The Trail of Broken Treaties


The American Indian Movement (AIM) was founded in July of 1968. It grew over the years, and on October 6, 1972, a group of Red Power activists from AIM left their homes in Seattle, San Francisco, and Los Angeles to begin a caravan to Washington D.C. in what they called “The Trail of Broken Treaties.”
The activists had drafted a twenty-point manifesto they called “An Indian Manifesto for Restitution, Reparations, and Restoration of Lands for a Reconstruction of an Indian Future in America.” As part of this manifesto, the activists demanded the Federal government legally recognize past treaties and return over 100 million acres of Native land.
The caravan that entered Washington D.C. was over 4 miles long and represented over 200 tribes from all over the country. The leaders had hoped for meetings with various Federal agencies, but when they arrived they found that no one was willing to meet with them. Peaceful, planned demonstrations were cancelled. The churches they planned to sleep at refused to let them in.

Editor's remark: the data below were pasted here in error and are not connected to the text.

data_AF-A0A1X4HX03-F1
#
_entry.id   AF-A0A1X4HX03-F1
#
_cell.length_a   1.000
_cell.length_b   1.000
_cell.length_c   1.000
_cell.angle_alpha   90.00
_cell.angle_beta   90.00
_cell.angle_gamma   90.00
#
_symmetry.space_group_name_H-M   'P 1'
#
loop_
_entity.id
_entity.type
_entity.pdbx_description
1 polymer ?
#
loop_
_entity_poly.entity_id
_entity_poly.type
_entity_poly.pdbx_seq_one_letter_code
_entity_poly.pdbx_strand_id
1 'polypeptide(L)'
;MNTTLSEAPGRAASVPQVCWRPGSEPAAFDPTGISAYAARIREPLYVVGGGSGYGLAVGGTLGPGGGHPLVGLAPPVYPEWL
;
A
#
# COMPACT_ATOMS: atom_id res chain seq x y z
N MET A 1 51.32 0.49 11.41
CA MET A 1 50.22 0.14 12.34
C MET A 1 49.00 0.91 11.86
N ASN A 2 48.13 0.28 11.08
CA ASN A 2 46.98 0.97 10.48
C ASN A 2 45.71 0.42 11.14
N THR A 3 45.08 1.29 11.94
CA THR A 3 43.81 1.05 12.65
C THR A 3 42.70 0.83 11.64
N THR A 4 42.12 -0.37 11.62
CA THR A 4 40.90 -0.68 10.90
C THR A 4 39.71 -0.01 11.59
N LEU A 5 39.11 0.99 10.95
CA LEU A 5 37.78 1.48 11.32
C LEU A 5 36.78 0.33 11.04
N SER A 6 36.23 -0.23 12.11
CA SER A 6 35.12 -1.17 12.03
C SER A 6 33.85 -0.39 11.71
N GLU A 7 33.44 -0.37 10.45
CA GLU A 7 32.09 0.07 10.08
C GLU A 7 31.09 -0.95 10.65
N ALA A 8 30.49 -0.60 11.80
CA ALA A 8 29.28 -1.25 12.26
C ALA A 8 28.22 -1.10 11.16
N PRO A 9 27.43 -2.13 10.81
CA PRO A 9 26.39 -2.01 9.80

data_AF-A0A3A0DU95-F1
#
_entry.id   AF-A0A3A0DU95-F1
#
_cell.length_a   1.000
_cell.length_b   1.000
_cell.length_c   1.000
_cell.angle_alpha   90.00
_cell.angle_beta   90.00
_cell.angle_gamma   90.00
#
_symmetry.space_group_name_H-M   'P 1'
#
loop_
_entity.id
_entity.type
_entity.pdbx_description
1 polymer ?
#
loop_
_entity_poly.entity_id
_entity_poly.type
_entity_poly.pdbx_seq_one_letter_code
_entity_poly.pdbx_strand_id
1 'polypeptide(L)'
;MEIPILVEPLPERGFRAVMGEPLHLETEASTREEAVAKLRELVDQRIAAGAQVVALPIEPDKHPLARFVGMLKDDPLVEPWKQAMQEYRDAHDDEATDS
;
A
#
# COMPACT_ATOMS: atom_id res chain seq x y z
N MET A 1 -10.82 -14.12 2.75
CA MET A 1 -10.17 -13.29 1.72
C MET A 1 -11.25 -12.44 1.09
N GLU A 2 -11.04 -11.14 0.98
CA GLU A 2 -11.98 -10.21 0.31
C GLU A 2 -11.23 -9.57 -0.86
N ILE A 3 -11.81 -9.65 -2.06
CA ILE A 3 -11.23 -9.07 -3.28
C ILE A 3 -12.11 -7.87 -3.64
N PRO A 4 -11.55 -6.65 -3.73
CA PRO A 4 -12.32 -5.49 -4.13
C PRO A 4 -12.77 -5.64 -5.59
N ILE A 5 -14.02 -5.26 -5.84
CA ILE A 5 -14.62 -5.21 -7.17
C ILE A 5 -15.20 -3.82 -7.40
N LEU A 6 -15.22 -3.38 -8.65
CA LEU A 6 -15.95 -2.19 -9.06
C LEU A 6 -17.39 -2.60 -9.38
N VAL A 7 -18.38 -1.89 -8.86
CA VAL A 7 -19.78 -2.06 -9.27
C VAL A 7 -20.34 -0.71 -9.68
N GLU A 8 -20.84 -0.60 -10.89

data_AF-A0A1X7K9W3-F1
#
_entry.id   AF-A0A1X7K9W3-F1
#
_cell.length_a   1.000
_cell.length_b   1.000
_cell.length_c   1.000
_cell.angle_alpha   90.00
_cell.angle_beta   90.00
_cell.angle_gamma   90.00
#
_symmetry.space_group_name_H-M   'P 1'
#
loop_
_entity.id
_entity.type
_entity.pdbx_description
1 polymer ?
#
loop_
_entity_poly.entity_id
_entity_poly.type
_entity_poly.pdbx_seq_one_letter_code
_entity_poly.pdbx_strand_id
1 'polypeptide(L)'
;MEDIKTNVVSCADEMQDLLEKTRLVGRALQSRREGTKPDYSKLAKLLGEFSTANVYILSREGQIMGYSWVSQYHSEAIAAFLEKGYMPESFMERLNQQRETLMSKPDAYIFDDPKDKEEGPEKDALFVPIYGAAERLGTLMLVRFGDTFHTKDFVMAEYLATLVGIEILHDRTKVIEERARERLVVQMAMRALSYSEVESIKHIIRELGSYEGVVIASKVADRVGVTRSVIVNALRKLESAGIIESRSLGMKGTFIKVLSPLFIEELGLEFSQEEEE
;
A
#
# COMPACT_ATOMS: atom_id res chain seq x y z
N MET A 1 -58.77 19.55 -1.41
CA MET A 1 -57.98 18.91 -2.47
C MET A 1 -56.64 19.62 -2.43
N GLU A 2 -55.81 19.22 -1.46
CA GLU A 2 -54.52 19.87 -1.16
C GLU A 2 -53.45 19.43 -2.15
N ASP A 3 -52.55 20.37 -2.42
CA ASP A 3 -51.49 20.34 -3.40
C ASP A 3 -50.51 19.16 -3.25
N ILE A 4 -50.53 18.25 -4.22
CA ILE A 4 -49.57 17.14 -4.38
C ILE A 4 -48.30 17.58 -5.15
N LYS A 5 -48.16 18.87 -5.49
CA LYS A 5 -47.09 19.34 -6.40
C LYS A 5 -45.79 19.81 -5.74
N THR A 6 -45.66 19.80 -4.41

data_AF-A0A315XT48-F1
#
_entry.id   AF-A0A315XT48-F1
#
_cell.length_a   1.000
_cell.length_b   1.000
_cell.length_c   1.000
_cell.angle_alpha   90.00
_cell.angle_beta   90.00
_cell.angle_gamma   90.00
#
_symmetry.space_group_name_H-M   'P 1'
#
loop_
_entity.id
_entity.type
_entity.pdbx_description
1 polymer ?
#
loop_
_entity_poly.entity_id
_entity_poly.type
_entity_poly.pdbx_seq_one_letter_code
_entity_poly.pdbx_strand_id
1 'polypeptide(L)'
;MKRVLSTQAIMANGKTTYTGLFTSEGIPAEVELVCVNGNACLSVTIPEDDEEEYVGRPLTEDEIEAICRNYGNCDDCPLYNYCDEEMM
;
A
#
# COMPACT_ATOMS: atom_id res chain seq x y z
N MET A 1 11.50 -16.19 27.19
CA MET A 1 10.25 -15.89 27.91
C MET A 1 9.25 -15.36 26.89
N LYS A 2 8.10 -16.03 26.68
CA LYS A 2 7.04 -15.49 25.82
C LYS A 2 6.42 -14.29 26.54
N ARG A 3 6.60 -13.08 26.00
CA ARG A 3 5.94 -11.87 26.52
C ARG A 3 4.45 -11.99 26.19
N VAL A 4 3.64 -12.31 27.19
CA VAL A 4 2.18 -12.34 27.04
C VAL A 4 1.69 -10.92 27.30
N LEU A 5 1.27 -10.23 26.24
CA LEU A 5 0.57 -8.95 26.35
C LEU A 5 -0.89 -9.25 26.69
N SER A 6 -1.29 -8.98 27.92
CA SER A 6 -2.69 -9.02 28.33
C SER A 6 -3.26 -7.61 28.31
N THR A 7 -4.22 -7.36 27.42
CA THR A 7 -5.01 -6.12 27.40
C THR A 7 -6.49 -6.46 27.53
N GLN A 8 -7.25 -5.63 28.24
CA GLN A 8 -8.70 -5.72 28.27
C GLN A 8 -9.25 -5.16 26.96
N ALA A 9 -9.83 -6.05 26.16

See also: Indigenous History


Because of this, they headed to the Bureau of Indian Affairs to figure out their next steps, and were still in the building past 4:30pm, when the building was set to close. Riot police came to the scene unexpectedly to force them to leave. This escalated the situation rather than helping everyone to evacuate peacefully. The travelers occupied the building from November 3-9, when a Federal court decided the protestors could be lawfully removed. The conflict resulted in an estimated $2 million in damages and reports of missing federal documents. Rather than call attention to the requests of the 20 Point Manifesto and the subsequent neglect of the Federal government, all media attention was turned to the destruction of Federal property. 

Months later, Hank Adams, leader of the Trail of Broken Treaties, was interviewed about the confrontation: “For some, we had defeated the building; for others the building had defeated us. In the days and weeks that followed, the twenty points were not addressed by the Nixon administration. And the media seemed more concerned with the damage to the building than what the building [Bureau of Indian Affairs] represented to Indigenous People.” 

Throughout his presidency, President Nixon signed 52 bills related to Native American sovereignty, including restoring millions of acres of land but the 20 Point Manifesto was never formally addressed.